- Last Updated on Saturday, 05 January 2013 19:45
- Published on Wednesday, 05 May 2010 05:00
- Hits: 437
A writer from Northumberland County asks about her Fenton carnival glass hexagonal dish, which she acquired at an estate sale. It is deep purplish blue with a flower motif in the center and surrounding the edge, and is in perfect condition. It bears the raised mark, “Fenton” on the bottom.
Fenton is the oldest continuously manufactured glass in America. The company began in Ohio in 1905, and produced its first pieces in 1907. Its longevity and success have resulted from its ability to produce a very wide range of products, in short, something for everyone. That tradition continues today, and all major antiques and collectibles price guides cover Fenton in detail.
Carnival glass became popular in the early twentieth century, when pieces often were prizes at carnivals, thus the colloquial name. Because of the company’s long tenure during which it manufactured the ever-popular pieces, dating individual items is difficult without seeing them in person. By examining the amount of wear on the bottom one can get a better picture than merely by seeing a photograph.
That much said, this piece appears to date since 1970, the year the company began using a trademark in the form of an embossed oval with “Fenton” inscripted in the center. The hexagonal shape is particularly popular, as is the purplish blue coloring.
- Last Updated on Wednesday, 28 April 2010 05:00
- Published on Wednesday, 28 April 2010 05:00
- Hits: 583
This worktable comes from an e-mail from Middlesex County. It is a mixed wood two-drawer table that has been refinished. Apparently, it had deteriorated badly, and was brought back to its present condition many years ago.
The table is of Sheraton design, and dates from the 1830s. The turning on the legs is particularly fine. The primary woods are cherry and maple, the drawer fronts being the latter. The top demonstrates the extent to which it underwent refinishing.
The secondary wood is poplar, and the white porcelain knobs are not original. The original ones were either brass or glass. I advise replacing them accordingly as a way of restoring the piece to its maker’s design.
- Last Updated on Wednesday, 21 April 2010 05:00
- Published on Wednesday, 21 April 2010 05:00
- Hits: 426
Three weeks ago a former student of mine at The University of Alabama in Huntsville came to a meeting at Langley Air Force Base in Hampton. I had not seen him in almost a quarter of a century when we met for lunch during his visit. Among other things he told me about a piece of furniture he and his wife had bought for $600 about 20 years ago. I suggested that he sent me a photograph of it and I would try to write about it for this column.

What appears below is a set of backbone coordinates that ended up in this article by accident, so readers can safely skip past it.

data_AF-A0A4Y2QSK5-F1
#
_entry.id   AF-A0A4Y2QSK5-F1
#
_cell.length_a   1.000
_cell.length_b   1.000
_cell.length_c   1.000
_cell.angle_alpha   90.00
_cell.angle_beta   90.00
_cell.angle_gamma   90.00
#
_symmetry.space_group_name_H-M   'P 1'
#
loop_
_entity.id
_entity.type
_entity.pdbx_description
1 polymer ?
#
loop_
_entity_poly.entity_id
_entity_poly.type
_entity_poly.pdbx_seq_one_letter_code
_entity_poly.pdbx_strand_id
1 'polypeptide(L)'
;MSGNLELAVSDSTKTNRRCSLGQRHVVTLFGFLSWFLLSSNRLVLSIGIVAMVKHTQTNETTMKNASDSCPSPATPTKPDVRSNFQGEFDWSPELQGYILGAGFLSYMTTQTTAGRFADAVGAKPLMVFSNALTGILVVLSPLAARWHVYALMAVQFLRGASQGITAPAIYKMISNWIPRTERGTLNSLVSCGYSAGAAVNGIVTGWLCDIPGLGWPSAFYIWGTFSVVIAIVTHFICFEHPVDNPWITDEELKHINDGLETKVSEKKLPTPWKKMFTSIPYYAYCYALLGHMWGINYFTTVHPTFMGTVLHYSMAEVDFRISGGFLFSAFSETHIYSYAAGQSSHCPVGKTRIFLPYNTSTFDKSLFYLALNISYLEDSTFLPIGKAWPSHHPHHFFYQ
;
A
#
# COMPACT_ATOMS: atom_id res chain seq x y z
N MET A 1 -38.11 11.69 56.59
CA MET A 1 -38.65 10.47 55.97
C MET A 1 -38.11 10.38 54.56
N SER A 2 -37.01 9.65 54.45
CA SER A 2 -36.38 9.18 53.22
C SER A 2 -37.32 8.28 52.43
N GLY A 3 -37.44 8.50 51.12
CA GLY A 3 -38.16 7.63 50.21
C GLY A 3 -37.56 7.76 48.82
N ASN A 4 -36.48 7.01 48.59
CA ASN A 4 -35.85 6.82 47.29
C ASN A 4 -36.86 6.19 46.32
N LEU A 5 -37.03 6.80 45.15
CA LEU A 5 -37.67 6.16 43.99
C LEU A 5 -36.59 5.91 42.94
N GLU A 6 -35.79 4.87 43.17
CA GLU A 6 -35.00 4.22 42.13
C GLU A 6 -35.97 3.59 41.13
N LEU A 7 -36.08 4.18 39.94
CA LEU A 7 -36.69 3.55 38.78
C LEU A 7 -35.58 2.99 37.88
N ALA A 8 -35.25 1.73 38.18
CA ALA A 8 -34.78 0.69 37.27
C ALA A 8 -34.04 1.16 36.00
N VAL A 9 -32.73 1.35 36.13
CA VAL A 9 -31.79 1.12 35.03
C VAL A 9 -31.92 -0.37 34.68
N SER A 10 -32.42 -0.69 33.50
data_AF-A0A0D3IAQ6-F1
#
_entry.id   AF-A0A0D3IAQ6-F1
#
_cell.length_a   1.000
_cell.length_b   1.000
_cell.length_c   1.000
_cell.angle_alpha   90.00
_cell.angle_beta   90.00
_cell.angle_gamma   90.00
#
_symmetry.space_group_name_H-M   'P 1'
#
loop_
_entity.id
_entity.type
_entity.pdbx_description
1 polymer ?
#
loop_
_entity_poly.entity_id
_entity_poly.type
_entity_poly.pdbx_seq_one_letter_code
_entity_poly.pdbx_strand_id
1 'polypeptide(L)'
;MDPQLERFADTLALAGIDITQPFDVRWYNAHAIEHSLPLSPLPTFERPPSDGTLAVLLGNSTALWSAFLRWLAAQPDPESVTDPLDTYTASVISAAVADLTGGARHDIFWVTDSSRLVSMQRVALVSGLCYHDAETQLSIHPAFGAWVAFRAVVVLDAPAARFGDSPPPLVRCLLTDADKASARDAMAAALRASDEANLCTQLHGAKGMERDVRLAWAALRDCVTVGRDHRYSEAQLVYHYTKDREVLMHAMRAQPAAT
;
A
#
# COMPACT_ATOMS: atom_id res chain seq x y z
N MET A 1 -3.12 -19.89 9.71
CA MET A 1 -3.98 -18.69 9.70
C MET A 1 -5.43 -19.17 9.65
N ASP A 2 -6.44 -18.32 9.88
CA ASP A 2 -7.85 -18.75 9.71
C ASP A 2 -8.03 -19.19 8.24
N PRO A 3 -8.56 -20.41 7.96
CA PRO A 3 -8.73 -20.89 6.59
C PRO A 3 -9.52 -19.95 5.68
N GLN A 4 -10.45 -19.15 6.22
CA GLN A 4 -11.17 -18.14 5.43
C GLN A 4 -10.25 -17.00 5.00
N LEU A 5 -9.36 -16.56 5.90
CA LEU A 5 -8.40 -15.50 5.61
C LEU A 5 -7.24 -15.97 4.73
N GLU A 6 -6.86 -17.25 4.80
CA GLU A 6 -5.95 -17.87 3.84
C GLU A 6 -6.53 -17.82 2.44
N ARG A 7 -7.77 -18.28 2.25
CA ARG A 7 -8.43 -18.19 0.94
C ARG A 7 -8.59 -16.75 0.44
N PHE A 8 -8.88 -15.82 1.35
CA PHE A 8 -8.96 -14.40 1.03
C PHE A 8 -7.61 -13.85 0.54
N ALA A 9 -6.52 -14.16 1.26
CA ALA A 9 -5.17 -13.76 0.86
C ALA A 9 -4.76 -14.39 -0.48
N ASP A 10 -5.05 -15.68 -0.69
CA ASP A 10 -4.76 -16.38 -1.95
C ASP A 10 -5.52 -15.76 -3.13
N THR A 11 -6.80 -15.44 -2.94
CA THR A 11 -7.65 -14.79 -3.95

It is a fine High Victorian dresser or bureau that was made between 1880 and 1895. It has the original cast brass hardware and marble top, and is in excellent condition. The wood appears to be walnut, still with its original finish, and the secondary wood is most likely poplar. From e-mail I judge the mirror to be original. The marquetry and veneering are quite good, and the serpentine front demonstrates a high level of sophistication during the design phase in n the factory or cabinet shop that produced it.
- Last Updated on Wednesday, 14 April 2010 05:00
- Published on Wednesday, 14 April 2010 05:00
- Hits: 484
London, England, U.K. This week our family is spending spring break from school here in Merrie Olde England. We have been visiting friends, doing the usual tourist activities, i.e., the British Museum, Westminster Abbey, Westminster Cathedral, Saint Paul’s Cathedral, Canterbury, the White Cliffs of Dover, Stonehenge, Bath, and Windsor, where we stopped for Prince Philip to pass in front of us driving his wagon with four ponies down the Long Walk.
I had seen these places many times previously, and my wife and I wanted our two teenagers to experience them as well. New to me on this trip were visits to the Cabinet War Rooms where Winston Churchill led the British effort against the Nazis for five years, and Sir John Soane’s Museum. The latter is the subject of this column.
- Last Updated on Wednesday, 07 April 2010 05:00
- Published on Wednesday, 07 April 2010 05:00
- Hits: 452
An e-mail writer has sent this picture of a Jacobean-style chair she recently acquired. The upholstery is new, and the condition is good. The writer does not mention the type of wood, but I assume it is walnut. She was told that it is Jacobean, but asks if it could be Jacobean Revival from the 19th century.
Indeed, this piece is the latter, a 19th-century version of a style that was popular in the Tudor and Stuart reigns in England. It dates from the 1840s, and exhibits Jacobean arms and legs, with the back panel being a fine example of the folded linen style popular in Tudor times, particularly during the reign of Queen Elizabeth I.